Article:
Online from: 2001
Subject Area: Built Environment
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|Title:||Knowledge sharing in architectural design institutes: a multiple-case study|
|Author(s):||Zhikun Ding, (Department of Construction Management and Real Estate, Faculty of Civil Engineering, Shenzhen, People's Republic of China), Fungfai Ng, (Department of Real Estate and Construction, Faculty of Architecture, University of Hong Kong, Hong Kong, People's Republic of China)|
|Citation:||Zhikun Ding, Fungfai Ng, (2010) "Knowledge sharing in architectural design institutes: a multiple-case study", Construction Innovation: Information, Process, Management, Vol. 10 Iss: 3, pp.267 - 285|
|Keywords:||Architecture, Design, Knowledge sharing, Mentors, People's Republic of China|
|Article type:||Research paper|
|DOI:||10.1108/14714171011060079 (Permanent URL)|
|Publisher:||Emerald Group Publishing Limited|
Purpose – The complexity of knowledge in architectural design results in its unique management characteristics not being fully recognized and appreciated. Little research has been done in this area. This paper aims to bridge this knowledge gap.
Design/methodology/approach – A multiple-case study methodology is applied to identify the knowledge sharing pattern in architectural design institutes in the People's Republic of China. Content analysis is employed to analyse the qualitative data collected by in-depth interview, site observation and document review.
Findings – The results show that individual architects share their own knowledge by means of reflection-in-action, conversation and problem solving. Either formal or informal mentoring, legitimate peripheral participation, communities of practice and workshops are the major mechanisms for architectural design institutes to share organizational knowledge but the knowledge sharing pattern are quite different for different kinds of architectural design institutes.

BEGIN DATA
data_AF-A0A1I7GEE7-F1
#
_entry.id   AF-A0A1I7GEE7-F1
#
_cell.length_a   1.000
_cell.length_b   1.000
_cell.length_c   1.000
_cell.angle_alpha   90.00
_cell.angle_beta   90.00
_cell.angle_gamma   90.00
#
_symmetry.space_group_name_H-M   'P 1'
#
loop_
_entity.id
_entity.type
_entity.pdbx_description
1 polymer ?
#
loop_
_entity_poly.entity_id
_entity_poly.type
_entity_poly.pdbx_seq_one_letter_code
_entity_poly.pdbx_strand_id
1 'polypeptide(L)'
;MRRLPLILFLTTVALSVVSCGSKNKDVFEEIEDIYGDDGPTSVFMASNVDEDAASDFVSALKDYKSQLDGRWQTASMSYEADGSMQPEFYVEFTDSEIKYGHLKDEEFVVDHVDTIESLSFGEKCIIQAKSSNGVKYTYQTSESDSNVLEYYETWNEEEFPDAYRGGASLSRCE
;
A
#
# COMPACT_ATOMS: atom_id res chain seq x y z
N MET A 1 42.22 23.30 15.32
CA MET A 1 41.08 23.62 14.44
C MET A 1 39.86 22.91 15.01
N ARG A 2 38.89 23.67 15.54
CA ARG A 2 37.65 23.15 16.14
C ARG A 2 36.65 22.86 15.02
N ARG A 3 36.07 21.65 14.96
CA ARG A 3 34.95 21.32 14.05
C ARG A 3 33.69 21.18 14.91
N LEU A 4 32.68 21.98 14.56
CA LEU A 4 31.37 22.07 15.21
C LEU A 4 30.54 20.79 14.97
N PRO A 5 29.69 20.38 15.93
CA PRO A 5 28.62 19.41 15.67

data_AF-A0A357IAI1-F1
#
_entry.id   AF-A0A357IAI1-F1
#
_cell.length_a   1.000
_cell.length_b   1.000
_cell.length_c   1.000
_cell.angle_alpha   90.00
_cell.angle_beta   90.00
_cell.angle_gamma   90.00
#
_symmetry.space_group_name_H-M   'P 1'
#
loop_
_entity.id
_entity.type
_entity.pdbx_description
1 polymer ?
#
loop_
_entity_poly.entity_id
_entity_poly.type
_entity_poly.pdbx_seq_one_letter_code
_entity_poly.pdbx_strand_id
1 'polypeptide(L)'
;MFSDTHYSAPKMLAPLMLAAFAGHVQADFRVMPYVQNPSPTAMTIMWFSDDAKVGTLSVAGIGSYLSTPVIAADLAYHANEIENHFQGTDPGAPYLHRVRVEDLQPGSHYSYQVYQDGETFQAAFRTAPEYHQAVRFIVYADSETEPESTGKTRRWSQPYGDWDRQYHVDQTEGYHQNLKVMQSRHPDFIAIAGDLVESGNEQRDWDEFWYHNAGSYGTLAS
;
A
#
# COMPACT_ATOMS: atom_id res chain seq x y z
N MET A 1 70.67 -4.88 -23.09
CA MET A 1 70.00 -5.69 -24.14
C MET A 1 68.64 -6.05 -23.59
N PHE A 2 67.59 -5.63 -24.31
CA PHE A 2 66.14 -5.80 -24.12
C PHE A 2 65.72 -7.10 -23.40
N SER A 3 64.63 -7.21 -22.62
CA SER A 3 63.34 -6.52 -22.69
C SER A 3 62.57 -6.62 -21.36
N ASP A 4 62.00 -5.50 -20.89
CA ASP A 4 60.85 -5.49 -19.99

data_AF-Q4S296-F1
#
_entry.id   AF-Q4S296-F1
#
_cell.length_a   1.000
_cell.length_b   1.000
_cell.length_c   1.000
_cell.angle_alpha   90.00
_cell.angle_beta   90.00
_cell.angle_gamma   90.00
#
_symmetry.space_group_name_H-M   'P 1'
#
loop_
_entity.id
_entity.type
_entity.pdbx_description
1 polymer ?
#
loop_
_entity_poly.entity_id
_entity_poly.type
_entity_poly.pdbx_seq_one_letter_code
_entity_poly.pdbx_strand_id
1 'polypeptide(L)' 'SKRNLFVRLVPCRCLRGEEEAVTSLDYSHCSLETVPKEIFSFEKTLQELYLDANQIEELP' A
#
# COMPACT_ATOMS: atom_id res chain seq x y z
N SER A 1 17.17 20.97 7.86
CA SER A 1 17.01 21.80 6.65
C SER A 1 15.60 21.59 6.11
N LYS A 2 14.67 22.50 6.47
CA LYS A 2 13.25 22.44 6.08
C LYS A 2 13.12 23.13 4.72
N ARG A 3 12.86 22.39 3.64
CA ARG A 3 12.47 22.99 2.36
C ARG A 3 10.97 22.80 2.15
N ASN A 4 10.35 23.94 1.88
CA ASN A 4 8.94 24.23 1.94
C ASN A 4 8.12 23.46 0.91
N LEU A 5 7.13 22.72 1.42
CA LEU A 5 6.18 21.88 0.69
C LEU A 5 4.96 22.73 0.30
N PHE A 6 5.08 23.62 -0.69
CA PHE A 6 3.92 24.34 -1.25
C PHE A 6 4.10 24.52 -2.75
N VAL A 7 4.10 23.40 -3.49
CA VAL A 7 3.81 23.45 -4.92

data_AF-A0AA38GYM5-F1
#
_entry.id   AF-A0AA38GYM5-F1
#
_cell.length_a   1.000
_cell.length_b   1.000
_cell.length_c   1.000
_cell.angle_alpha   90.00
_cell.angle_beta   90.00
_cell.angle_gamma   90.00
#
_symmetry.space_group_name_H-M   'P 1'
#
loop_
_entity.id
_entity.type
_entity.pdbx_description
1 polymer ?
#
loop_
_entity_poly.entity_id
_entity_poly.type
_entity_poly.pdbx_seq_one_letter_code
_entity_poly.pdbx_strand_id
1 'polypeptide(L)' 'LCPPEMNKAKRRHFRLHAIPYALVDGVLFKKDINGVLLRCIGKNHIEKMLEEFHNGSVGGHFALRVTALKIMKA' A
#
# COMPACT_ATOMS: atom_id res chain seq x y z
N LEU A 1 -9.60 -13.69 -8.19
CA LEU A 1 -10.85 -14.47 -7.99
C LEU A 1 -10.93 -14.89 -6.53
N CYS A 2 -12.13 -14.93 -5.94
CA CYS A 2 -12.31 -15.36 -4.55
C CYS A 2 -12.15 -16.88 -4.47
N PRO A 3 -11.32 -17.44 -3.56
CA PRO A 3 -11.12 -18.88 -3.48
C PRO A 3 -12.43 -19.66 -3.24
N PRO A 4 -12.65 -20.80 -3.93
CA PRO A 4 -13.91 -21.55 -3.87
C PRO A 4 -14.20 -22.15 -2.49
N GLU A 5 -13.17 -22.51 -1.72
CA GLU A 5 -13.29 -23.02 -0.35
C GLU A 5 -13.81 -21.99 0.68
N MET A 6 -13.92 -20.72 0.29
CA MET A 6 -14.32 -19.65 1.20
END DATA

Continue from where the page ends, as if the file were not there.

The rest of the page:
Research limitations/implications – The major limitation of this research is associated with sample selection. Although the cases being selected are fairly representative of the architectural design institutes in People's Republic of China, not all types of architectural design institutes are included due to the availability of data.
Practical implications – The identified knowledge sharing patterns can help managers of architectural design institutes as well as individual architects to better understand how knowledge is shared in their field and how to improve their overall performance.
Originality/value – This paper contributes to the existing body of research on how knowledge is shared in the construction industry. In particular, a knowledge sharing pattern is identified to offer insights in architectural design institutes in China. The paper addresses a number of research questions which are not fully explored in current literature.
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